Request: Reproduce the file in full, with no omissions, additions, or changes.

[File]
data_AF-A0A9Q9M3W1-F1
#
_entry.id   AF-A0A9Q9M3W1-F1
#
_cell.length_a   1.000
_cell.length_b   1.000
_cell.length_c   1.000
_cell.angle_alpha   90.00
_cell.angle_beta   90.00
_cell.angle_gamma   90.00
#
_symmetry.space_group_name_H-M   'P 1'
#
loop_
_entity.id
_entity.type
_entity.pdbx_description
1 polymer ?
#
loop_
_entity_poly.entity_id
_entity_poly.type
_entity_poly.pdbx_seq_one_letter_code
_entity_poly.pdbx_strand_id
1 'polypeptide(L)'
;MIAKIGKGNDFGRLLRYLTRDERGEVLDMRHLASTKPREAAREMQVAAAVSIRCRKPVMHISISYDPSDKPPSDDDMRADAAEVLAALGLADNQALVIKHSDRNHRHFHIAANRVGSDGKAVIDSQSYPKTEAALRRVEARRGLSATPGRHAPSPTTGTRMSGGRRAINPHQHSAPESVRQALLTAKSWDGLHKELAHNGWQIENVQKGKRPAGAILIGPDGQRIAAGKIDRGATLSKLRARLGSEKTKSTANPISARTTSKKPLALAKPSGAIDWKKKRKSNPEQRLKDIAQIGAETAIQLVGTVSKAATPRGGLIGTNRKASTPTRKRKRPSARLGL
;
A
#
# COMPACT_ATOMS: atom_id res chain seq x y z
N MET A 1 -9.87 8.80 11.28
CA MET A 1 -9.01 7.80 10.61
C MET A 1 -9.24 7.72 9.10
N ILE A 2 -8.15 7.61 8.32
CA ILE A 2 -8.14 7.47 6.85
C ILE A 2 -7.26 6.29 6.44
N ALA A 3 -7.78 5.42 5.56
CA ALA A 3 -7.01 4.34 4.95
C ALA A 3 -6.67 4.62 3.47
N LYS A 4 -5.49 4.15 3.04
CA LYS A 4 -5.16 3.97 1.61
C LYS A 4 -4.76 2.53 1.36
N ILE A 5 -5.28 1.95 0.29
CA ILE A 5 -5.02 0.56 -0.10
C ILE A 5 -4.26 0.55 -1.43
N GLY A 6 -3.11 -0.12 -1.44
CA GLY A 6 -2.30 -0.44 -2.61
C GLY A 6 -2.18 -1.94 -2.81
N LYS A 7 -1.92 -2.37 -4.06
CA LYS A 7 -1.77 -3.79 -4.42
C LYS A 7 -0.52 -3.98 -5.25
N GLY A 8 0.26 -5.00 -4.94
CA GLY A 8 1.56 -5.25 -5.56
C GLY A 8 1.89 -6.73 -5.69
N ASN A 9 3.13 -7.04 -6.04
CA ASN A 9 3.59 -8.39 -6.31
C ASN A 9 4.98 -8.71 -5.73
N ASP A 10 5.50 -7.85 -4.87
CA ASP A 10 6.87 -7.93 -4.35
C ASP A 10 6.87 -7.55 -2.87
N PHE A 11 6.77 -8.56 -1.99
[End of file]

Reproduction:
data_AF-A0A9Q9M3W1-F1
#
_entry.id   AF-A0A9Q9M3W1-F1
#
_cell.length_a   1.000
_cell.length_b   1.000
_cell.length_c   1.000
_cell.angle_alpha   90.00
_cell.angle_beta   90.00
_cell.angle_gamma   90.00
#
_symmetry.space_group_name_H-M   'P 1'
#
loop_
_entity.id
_entity.type
_entity.pdbx_description
1 polymer ?
#
loop_
_entity_poly.entity_id
_entity_poly.type
_entity_poly.pdbx_seq_one_letter_code
_entity_poly.pdbx_strand_id
1 'polypeptide(L)'
;MIAKIGKGNDFGRLLRYLTRDERGEVLDMRHLASTKPREAAREMQVAAAVSIRCRKPVMHISISYDPSDKPPSDDDMRADAAEVLAALGLADNQALVIKHSDRNHRHFHIAANRVGSDGKAVIDSQSYPKTEAALRRVEARRGLSATPGRHAPSPTTGTRMSGGRRAINPHQHSAPESVRQALLTAKSWDGLHKELAHNGWQIENVQKGKRPAGAILIGPDGQRIAAGKIDRGATLSKLRARLGSEKTKSTANPISARTTSKKPLALAKPSGAIDWKKKRKSNPEQRLKDIAQIGAETAIQLVGTVSKAATPRGGLIGTNRKASTPTRKRKRPSARLGL
;
A
#
# COMPACT_ATOMS: atom_id res chain seq x y z
N MET A 1 -9.87 8.80 11.28
CA MET A 1 -9.01 7.80 10.61
C MET A 1 -9.24 7.72 9.10
N ILE A 2 -8.15 7.61 8.32
CA ILE A 2 -8.14 7.47 6.85
C ILE A 2 -7.26 6.29 6.44
N ALA A 3 -7.78 5.42 5.56
CA ALA A 3 -7.01 4.34 4.95
C ALA A 3 -6.67 4.62 3.47
N LYS A 4 -5.49 4.15 3.04
CA LYS A 4 -5.16 3.97 1.61
C LYS A 4 -4.76 2.53 1.36
N ILE A 5 -5.28 1.95 0.29
CA ILE A 5 -5.02 0.56 -0.10
C ILE A 5 -4.26 0.55 -1.43
N GLY A 6 -3.11 -0.12 -1.44
CA GLY A 6 -2.30 -0.44 -2.61
C GLY A 6 -2.18 -1.94 -2.81
N LYS A 7 -1.92 -2.37 -4.06
CA LYS A 7 -1.77 -3.79 -4.42
C LYS A 7 -0.52 -3.98 -5.25
N GLY A 8 0.26 -5.00 -4.94
CA GLY A 8 1.56 -5.25 -5.56
C GLY A 8 1.89 -6.73 -5.69
N ASN A 9 3.13 -7.04 -6.04
CA ASN A 9 3.59 -8.39 -6.31
C ASN A 9 4.98 -8.71 -5.73
N ASP A 10 5.50 -7.85 -4.87
CA ASP A 10 6.87 -7.93 -4.35
C ASP A 10 6.87 -7.55 -2.87
N PHE A 11 6.77 -8.56 -1.99